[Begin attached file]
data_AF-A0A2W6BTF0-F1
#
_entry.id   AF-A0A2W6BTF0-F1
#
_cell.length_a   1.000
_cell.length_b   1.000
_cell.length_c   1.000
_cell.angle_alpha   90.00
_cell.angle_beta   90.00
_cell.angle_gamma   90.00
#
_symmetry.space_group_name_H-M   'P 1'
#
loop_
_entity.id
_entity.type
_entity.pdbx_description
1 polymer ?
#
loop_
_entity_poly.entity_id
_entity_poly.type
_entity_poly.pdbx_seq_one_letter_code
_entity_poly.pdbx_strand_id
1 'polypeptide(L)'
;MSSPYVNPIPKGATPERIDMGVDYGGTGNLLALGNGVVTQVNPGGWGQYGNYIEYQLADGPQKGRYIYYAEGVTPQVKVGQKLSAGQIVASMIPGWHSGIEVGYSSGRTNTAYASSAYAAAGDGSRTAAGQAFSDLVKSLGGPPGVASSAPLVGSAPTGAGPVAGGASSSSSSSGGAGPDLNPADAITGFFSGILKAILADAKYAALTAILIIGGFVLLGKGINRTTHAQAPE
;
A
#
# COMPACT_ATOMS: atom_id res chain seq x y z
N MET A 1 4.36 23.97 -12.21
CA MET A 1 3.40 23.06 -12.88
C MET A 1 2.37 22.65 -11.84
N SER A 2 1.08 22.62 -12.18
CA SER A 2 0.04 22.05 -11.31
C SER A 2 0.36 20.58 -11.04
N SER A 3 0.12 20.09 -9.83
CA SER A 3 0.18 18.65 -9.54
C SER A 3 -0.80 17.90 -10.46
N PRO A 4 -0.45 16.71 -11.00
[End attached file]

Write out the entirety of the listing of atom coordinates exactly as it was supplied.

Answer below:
data_AF-A0A2W6BTF0-F1
#
_entry.id   AF-A0A2W6BTF0-F1
#
_cell.length_a   1.000
_cell.length_b   1.000
_cell.length_c   1.000
_cell.angle_alpha   90.00
_cell.angle_beta   90.00
_cell.angle_gamma   90.00
#
_symmetry.space_group_name_H-M   'P 1'
#
loop_
_entity.id
_entity.type
_entity.pdbx_description
1 polymer ?
#
loop_
_entity_poly.entity_id
_entity_poly.type
_entity_poly.pdbx_seq_one_letter_code
_entity_poly.pdbx_strand_id
1 'polypeptide(L)'
;MSSPYVNPIPKGATPERIDMGVDYGGTGNLLALGNGVVTQVNPGGWGQYGNYIEYQLADGPQKGRYIYYAEGVTPQVKVGQKLSAGQIVASMIPGWHSGIEVGYSSGRTNTAYASSAYAAAGDGSRTAAGQAFSDLVKSLGGPPGVASSAPLVGSAPTGAGPVAGGASSSSSSSGGAGPDLNPADAITGFFSGILKAILADAKYAALTAILIIGGFVLLGKGINRTTHAQAPE
;
A
#
# COMPACT_ATOMS: atom_id res chain seq x y z
N MET A 1 4.36 23.97 -12.21
CA MET A 1 3.40 23.06 -12.88
C MET A 1 2.37 22.65 -11.84
N SER A 2 1.08 22.62 -12.18
CA SER A 2 0.04 22.05 -11.31
C SER A 2 0.36 20.58 -11.04
N SER A 3 0.12 20.09 -9.83
CA SER A 3 0.18 18.65 -9.54
C SER A 3 -0.80 17.90 -10.46
N PRO A 4 -0.45 16.71 -11.00